? i,j ) N (B ? i,j ) l=1,Gl ∈K (B

proposed strategies are presented in this section. About eight hours of medical videos and four hours of news programs are used as our test bed (all the video data are MPEG-I encoded, with the digitization rate equal to 30 frames/s). Videos are ?rst parsed with the shot segmentation algorithm to detect the gradual and break changes. The gradual change frames between shots have been removed successfully during shot segmentation.

7.1. Group detection results The group detection experiment is executed among four medical videos and four news programs. Experimental comparisons are made with [40, 45] (in [40], we only use their group detection strategy). Moreover, to judge the quality of the detected results, the following rule is applied: the group is judged to be correctly detected if and only if all shots in the current group belong to the same scene (semantic unit), otherwise the current group is judged to be falsely detected. Thus, the group detection precision (P ) in Eq. 24 is used for performance evaluation. P = How many groups are rightly detected The number of detected groups (24)

Clearly, by treating each shot as one group, the group detection precision would be 100%. Hence, another compression rate factor (CRF ) is also de?ned in Eq. 25: Detected group number total shot number in the video

CRF =

(25)

The experimental results and comparisons of group detection strategies are given in Table 5. To identify the methods used in the experiment, we denote our method as A, and the two methods in [40, 45] are denoted as B and C respectively. From the results in Table 5, some observations can be made: ? Our video grouping methods achieves the best precision among all methods; about 87% shots are assigned in the right groups. Hence, the annotator will not be required to separate many groups which contain multiple scenes. ? Comparing all three methods, since method C is proposed for scene detection, it achieves the highest compression rate. However the precision of this method is also the lowest. On the other hand, this strategy is a threshold based method, there is no doubt that some of the groups are over segmented or missed. ? As a trade-off with precision, the compression ratio of our method is the worst (28.9%), that is, in an average situation, each group consists of approximately 3.5 shots. However, to supply the video group for content annotation, it is often worse to fail to segment distinct boundaries than to over-segment a scene. In addition, other strategies in the paper such as group merging, hierarchical summarization will enforce the compression ratio. From this point of view, our system achieve relatively better performance.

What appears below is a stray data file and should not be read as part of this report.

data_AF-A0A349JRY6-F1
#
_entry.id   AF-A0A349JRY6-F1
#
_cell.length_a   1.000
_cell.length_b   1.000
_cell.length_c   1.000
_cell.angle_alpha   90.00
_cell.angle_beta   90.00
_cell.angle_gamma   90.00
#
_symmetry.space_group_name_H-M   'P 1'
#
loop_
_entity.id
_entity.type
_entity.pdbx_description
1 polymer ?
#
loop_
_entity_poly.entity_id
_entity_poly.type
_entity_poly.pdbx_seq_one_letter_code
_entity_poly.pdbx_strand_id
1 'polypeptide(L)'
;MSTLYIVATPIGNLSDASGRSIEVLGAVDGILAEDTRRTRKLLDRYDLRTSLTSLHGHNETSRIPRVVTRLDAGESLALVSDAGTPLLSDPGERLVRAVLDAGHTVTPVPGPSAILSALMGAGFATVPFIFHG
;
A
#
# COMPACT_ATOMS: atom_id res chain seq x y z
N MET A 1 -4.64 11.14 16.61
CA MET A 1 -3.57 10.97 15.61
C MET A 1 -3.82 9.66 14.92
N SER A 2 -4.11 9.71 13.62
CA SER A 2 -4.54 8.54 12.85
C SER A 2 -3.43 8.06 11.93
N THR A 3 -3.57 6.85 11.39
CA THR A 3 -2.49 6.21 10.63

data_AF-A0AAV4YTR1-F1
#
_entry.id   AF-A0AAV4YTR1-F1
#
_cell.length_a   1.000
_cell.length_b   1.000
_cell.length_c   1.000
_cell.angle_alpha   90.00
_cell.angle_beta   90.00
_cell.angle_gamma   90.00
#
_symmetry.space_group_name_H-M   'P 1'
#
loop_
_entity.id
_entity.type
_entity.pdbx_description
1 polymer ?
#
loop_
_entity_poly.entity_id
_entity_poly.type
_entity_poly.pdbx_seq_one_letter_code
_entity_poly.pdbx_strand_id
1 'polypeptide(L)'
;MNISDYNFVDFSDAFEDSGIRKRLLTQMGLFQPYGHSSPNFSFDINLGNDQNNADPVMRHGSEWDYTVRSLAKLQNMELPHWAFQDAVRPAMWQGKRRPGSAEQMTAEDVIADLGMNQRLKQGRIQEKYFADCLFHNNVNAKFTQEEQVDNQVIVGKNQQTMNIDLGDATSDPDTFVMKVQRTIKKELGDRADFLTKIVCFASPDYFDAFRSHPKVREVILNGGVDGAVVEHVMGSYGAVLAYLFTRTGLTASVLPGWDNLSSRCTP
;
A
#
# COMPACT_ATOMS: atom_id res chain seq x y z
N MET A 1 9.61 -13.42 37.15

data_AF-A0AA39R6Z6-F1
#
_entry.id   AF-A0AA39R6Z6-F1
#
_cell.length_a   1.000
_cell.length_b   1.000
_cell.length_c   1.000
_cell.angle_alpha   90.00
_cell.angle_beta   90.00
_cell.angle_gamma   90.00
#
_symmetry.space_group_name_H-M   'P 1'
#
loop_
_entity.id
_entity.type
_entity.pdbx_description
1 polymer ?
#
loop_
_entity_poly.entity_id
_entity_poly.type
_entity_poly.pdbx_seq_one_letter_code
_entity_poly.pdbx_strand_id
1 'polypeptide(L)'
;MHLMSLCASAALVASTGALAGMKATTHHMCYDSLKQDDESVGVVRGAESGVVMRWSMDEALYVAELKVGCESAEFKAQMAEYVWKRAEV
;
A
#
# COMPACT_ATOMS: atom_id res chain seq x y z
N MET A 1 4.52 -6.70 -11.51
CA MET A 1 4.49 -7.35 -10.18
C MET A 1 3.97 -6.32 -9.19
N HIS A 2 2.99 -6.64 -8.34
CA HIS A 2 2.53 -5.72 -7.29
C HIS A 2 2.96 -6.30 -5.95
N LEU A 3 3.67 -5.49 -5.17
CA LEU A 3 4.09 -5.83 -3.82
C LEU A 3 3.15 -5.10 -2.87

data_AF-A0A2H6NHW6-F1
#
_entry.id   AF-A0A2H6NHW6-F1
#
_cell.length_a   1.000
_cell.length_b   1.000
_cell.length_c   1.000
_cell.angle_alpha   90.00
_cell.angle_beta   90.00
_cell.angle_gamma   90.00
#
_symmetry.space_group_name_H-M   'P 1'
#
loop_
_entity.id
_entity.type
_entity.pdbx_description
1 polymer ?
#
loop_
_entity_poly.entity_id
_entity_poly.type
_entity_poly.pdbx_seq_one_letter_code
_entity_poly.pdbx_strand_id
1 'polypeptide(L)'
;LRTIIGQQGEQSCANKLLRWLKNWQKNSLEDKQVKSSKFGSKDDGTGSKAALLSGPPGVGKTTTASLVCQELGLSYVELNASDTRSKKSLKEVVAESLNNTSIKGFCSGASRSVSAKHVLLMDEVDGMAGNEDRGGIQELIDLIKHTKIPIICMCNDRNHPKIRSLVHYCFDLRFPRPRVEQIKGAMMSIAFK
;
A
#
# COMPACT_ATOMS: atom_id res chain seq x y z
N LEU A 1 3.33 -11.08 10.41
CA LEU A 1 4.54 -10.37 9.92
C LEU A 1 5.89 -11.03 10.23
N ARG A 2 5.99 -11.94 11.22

M ax{GroupSim(Gl , Gk ); ?i,j ); k = 1, 2 . . . N (B ?i,j )} Gk ∈ K (B 7. Experimental results, analysis and applications

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Two types of experimental results, group detection and hierarchical summarization, and some potential applications of the

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X. Zhu et al.: Hierarchical video content description and summarization using uni?ed semantic and visual similarity

Table 5. Video group detection results A Movie name Medical 1 Medical 2 Medical 3 Medical 4 News 1 News 2 News 3 News 4 Average Shots 265 221 388 244 189 178 214 190 1889 Detected Groups 62 70 121 72 58 46 57 59 545 P 0.89 0.84 0.82 0.87 0.91 0.85 0.91 0.90 0.87 CRF 0.23 0.32 0.31 0.30 0.31 0.26 0.27 0.31 0.289 B Detected Groups 34 38 61 38 22 26 24 27 270 P 0.78 0.67 0.64 0.76 0.81 0.72 0.76 0.80 0.74 CRF 0.13 0.17 0.16 0.15 0.12 0.15 0.11 0.14 0.143 C Detected Groups 26 18 39 27 14 18 23 19 184 P 0.66 0.57 0.72 0.48 0.64 0.71 0.62 0.67 0.64 CRF 0.098 0.081 0.101 0.111 0.074 0.101 0.107 0.100 0.097

7.2. Hierarchical video summarization results As stated before, a four layer video summary is produced for each video. Three questions are introduced to evaluate the quality of the summary at each layer: (1) How well do you think the summary addresses the main topic of the video? (2) How well do you think the summary covers the scenario of the video? (3) Is the summary concise? For each of the questions, a score from 0 to 5 (where 5 indicates best) is speci?ed by ?ve student viewers after viewing the video summary at each level. Before the evaluation, viewers are asked to browse the entire video to get an overview of the video content. An average score for each level is computed from the students’ scores (shown in Fig. 13). A second evaluation process uses the rate between the numbers of representative frames at each layer and the number of all key frames to indicate the compression rate (RC) of the video summary. To normalize this value with the scores of the questions, we multiply RC by 5 and use this value in Fig. 13. The in?uence of the factor α with the quality of the summary is also addressed by changing the value of α and evaluating the generated summaries. The results are shown in Figs. 13–15. From Figs. 13–15, we can see that as we move to lower levels, the ability of the summary to cover the main topic and the scenario of the video is greater. The conciseness of the summary is the worst at the lowest level, since as the level decreases, more redundant groups are shown in the summary. At the highest level, the video summary cannot describe the video scenarios, but can supply the user with a concise summary and relatively clear topic information. Hence, this level can be used to show differences between videos in the database. It was also found that the third level acquires relatively optimal scores for all three questions. Thus, this layer is the most suitable for giving users an overview of the video selected from the database for the ?rst time. Comparing Figs. 13–15, the in?uence of the factor α on the video summary can be clearly evaluated. When α changes from 0 to 0.5, the summary at each layer has larger and larger compression ratio (RC ). A more concise video summary is acquired for each layer, since with the increase in signi?cance of semantics in the similarity evaluation, all groups with the same event categories would be grouped into one group, and the visual similarity among those groups tends to be neglected. At higher levels, the summary is more concise, however, the